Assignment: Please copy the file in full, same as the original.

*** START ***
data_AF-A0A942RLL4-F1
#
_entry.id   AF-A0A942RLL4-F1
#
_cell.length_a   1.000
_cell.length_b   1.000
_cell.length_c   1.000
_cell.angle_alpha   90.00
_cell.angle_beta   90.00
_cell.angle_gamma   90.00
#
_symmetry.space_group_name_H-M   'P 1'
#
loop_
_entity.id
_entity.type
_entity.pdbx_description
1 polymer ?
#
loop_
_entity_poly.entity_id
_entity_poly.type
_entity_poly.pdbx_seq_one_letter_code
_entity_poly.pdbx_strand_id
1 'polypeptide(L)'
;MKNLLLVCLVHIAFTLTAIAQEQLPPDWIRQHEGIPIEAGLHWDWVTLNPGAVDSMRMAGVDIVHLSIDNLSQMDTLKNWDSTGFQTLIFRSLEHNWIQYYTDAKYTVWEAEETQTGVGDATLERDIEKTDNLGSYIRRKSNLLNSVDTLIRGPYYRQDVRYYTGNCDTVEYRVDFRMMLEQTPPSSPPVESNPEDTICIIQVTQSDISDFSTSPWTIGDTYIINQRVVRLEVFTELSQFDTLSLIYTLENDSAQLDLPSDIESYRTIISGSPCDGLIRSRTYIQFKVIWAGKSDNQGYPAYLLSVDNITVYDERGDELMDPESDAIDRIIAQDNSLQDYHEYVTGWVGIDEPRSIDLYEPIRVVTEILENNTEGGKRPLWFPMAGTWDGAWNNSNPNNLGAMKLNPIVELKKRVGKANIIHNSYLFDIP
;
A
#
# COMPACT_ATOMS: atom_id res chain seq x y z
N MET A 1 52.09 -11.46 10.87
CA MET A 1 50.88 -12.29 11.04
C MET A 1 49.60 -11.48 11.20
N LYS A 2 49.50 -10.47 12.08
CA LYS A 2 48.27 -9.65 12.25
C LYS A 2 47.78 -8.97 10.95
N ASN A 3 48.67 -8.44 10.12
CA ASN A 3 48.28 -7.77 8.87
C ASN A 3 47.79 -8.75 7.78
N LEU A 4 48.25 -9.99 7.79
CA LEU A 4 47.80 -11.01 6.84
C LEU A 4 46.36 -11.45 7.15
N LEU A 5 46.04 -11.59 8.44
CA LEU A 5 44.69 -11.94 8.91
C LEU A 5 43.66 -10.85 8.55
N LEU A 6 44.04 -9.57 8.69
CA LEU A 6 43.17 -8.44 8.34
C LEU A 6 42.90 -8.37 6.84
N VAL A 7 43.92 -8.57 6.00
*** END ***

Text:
data_AF-A0A942RLL4-F1
#
_entry.id   AF-A0A942RLL4-F1
#
_cell.length_a   1.000
_cell.length_b   1.000
_cell.length_c   1.000
_cell.angle_alpha   90.00
_cell.angle_beta   90.00
_cell.angle_gamma   90.00
#
_symmetry.space_group_name_H-M   'P 1'
#
loop_
_entity.id
_entity.type
_entity.pdbx_description
1 polymer ?
#
loop_
_entity_poly.entity_id
_entity_poly.type
_entity_poly.pdbx_seq_one_letter_code
_entity_poly.pdbx_strand_id
1 'polypeptide(L)'
;MKNLLLVCLVHIAFTLTAIAQEQLPPDWIRQHEGIPIEAGLHWDWVTLNPGAVDSMRMAGVDIVHLSIDNLSQMDTLKNWDSTGFQTLIFRSLEHNWIQYYTDAKYTVWEAEETQTGVGDATLERDIEKTDNLGSYIRRKSNLLNSVDTLIRGPYYRQDVRYYTGNCDTVEYRVDFRMMLEQTPPSSPPVESNPEDTICIIQVTQSDISDFSTSPWTIGDTYIINQRVVRLEVFTELSQFDTLSLIYTLENDSAQLDLPSDIESYRTIISGSPCDGLIRSRTYIQFKVIWAGKSDNQGYPAYLLSVDNITVYDERGDELMDPESDAIDRIIAQDNSLQDYHEYVTGWVGIDEPRSIDLYEPIRVVTEILENNTEGGKRPLWFPMAGTWDGAWNNSNPNNLGAMKLNPIVELKKRVGKANIIHNSYLFDIP
;
A
#
# COMPACT_ATOMS: atom_id res chain seq x y z
N MET A 1 52.09 -11.46 10.87
CA MET A 1 50.88 -12.29 11.04
C MET A 1 49.60 -11.48 11.20
N LYS A 2 49.50 -10.47 12.08
CA LYS A 2 48.27 -9.65 12.25
C LYS A 2 47.78 -8.97 10.95
N ASN A 3 48.67 -8.44 10.12
CA ASN A 3 48.28 -7.77 8.87
C ASN A 3 47.79 -8.75 7.78
N LEU A 4 48.25 -9.99 7.79
CA LEU A 4 47.80 -11.01 6.84
C LEU A 4 46.36 -11.45 7.15
N LEU A 5 46.04 -11.59 8.44
CA LEU A 5 44.69 -11.94 8.91
C LEU A 5 43.66 -10.85 8.55
N LEU A 6 44.04 -9.57 8.69
CA LEU A 6 43.17 -8.44 8.34
C LEU A 6 42.90 -8.37 6.84
N VAL A 7 43.92 -8.57 6.00